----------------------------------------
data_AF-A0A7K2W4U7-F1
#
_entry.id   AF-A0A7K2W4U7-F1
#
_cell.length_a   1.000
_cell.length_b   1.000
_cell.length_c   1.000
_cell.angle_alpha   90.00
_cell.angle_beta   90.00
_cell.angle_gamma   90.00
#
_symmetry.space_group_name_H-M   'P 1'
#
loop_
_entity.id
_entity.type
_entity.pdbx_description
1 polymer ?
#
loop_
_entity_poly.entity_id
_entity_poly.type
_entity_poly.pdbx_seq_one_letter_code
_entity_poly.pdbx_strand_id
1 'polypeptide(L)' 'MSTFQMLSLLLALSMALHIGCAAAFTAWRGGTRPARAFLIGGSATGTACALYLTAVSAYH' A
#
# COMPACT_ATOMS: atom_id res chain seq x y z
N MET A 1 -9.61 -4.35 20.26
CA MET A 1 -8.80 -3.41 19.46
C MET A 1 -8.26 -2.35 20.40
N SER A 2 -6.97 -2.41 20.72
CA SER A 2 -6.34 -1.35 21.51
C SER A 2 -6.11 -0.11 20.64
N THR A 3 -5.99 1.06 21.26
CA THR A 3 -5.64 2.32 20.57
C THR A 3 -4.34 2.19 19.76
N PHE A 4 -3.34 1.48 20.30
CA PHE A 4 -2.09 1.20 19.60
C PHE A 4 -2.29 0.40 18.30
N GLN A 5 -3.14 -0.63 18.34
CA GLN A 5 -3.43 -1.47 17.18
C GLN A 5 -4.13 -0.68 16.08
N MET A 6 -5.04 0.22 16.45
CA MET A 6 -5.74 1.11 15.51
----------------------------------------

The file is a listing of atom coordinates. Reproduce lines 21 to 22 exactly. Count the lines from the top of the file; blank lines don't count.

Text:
_entity_poly.entity_id
_entity_poly.type